Bobby Willis gets probation for embezzlement

Judge suspended 12-year prison sentence in lieu of five years of probation

Steve Garrison
Bobby Willis listens to the prosecution on Wednesday at Farmington District Court. Willis was sentenced to probation after he was convicted of embezzling funds from New Mexico Title Co. and its sister escrow company.

FARMINGTON – Bobby Willis was sentenced today to probation after he was convicted last month of embezzling funds from the New Mexico Title Co. and its sister escrow company.

Judge Louis DePauli ordered Willis to serve a 12-year prison sentence, but suspended that in lieu of five years of probation.

In imposing his sentence, DePauli said he took into consideration Willis’ lack of criminal history and his willingness to pay restitution. DePauli said Willis had also already served 14 months in prison awaiting adjudication, which was "no cake walk."

"The state would like me to believe that what you confessed to was just the tip of the iceberg,” DePauli said. "That underneath you have the heart and soul of a racketeer, as the state would say. And you stole millions, and you made it a profession. But I cannot conclude that."

Members of Willis' defense team said serving prison time would endanger their client's health.

Bobby Willis, center, leaves the courtroom on Wednesday at Farmington District Court.

DePauli said Willis’ reputation was tarnished as a result of the conviction.

"I think you are pretty much ruined in the eyes of the community," DePauli said. "If you fancied yourself a big shot, someone that should be looked up to — well, that is long gone."

The judge said if Willis violates the terms of his probation, he would be sentenced to the maximum 12 years.

DePauli also ordered Willis to pay a $15,000 fine, the maximum allowable.

Willis, 43, pleaded no contest in early March to two felony counts of embezzlement and admitted sufficient evidence existed to prove he stole $94,800 belonging to Damtech LLC and $20,000 from C3 Limited Partnership in December 2011. Both companies entrusted the funds to Willis’ escrow company as part of business dealings.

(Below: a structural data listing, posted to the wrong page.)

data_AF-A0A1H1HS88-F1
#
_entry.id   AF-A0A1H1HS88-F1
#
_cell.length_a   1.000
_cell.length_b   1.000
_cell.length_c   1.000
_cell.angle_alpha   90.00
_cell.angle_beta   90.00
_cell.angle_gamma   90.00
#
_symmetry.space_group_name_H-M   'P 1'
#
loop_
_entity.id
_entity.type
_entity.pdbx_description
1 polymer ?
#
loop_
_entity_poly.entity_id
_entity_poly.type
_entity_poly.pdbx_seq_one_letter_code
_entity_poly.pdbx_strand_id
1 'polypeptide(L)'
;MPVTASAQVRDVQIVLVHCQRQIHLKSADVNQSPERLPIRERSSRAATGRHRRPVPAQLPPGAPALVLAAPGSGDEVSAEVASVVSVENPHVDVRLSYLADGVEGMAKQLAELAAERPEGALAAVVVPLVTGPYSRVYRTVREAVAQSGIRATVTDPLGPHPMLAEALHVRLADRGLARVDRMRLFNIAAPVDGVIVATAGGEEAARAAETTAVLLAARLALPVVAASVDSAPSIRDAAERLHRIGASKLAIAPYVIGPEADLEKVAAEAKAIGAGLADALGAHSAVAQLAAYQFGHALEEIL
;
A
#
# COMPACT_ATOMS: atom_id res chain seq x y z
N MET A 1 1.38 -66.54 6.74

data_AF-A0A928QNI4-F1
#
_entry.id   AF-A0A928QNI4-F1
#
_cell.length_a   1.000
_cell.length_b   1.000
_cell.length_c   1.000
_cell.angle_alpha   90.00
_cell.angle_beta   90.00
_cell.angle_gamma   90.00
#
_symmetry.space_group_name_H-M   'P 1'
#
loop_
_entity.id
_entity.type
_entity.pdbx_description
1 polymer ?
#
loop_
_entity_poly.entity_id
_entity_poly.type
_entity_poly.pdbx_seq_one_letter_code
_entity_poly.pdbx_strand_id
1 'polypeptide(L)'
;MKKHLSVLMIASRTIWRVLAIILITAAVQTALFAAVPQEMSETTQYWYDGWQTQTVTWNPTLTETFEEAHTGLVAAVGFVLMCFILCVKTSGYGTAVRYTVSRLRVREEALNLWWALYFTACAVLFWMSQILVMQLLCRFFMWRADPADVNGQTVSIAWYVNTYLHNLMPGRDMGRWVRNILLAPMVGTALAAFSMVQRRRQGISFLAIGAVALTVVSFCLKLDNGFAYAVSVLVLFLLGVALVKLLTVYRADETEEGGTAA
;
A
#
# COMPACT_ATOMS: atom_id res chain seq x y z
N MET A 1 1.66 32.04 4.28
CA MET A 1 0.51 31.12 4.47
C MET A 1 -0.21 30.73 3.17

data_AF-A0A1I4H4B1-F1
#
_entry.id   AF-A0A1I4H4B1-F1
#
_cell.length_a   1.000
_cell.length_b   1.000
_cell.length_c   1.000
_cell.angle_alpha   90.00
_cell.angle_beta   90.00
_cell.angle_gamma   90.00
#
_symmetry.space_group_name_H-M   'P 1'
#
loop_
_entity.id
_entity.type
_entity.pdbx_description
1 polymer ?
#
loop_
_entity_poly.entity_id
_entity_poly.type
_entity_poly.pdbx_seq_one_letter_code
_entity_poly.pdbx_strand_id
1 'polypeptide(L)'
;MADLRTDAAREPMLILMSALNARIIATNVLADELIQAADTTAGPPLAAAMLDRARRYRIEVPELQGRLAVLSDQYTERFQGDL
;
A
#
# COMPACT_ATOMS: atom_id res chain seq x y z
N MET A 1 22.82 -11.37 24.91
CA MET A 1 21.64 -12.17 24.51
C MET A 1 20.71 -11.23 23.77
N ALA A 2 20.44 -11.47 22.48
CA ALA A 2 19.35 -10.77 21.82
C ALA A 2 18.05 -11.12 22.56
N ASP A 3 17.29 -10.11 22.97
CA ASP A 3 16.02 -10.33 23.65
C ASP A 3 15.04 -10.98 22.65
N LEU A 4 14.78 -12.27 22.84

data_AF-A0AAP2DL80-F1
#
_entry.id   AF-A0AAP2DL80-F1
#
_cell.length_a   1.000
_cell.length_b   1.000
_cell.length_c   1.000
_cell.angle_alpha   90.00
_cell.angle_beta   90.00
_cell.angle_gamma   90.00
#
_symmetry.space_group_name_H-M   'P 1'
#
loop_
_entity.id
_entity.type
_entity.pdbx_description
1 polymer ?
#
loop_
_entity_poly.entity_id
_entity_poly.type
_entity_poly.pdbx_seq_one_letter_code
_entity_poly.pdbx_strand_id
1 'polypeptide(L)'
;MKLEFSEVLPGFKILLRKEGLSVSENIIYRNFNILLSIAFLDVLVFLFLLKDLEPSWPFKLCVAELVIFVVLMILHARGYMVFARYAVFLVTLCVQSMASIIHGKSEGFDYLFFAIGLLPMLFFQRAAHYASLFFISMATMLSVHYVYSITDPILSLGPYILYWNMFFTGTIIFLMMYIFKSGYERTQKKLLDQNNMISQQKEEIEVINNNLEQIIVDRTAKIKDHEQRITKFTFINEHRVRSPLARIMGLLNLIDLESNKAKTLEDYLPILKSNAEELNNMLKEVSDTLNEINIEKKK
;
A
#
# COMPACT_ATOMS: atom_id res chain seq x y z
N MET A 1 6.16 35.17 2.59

State prosecutor Zack Jones told DePauli the thefts irrevocably damaged the businesses and impacted their owners, Doug Damask and Fred Morrison. Jones said the men were going to use the money to expand their businesses.

"Mr. Damask’s business was set back irreparably," Jones said. "Mr. Morrison had given up hope that he would ever get his money back."

Neither man spoke at the hearing, but they each submitted letters to the judge.

The state requested that other alleged victims be allowed to testify at the hearing — a request the judge previously denied in a written court order and again on Tuesday.

Judge Louis E. DePauli speaks on Wednesday in Farmington District Court at the sentencing hearing for Bobby Willis.

Two alleged victims, Mike Atchison and Ronnie Garner, attended the sentencing hearing and have civil cases pending against Willis.

"Mr. Garner and others — Mr. Atchison — they are going to have to prove their claims in civil court, I guess, because they are not going to be proven here today," DePauli said.

After the hearing, Garner expressed his dismay that he and other victims were not allowed to testify at the hearing.

“Absolutely, the judge allowed a miscarriage of justice,” he said.

He provided The Daily Times a letter, dated March 12, he said he sent the judge. In the letter, Garner states Willis stole $2.65 million from him and $765,000 from his mother's estate through a fraudulent investment.

"Mr. Willis' methods are similar to another famous Ponzi-scheme felon who also left his victims destitute, Bernie Madoff," Garner writes. "This court should note that the Federal Judge of Bernie Madoff did not hesitate to apply sequential sentences that totaled more than 100 years, thus ensuring that Mr. Madoff would die in prison."

Defense attorneys Joshua Boone and Bob Cooper argued a lengthy prison sentence would endanger Willis' ailing health. According to a sentencing memorandum filed by the defense, Willis has heart problems and suffered multiple "mini-strokes" while he was jailed at the San Juan County Adult Detention Center.

He is partially paralyzed on his left side and is legally blind, the memorandum states.

"There is no one in this courtroom that wants to live a day in his life right now," Cooper said.

Steve Garrison covers crime and courts for The Daily Times. He can be reached at 505-564-4644.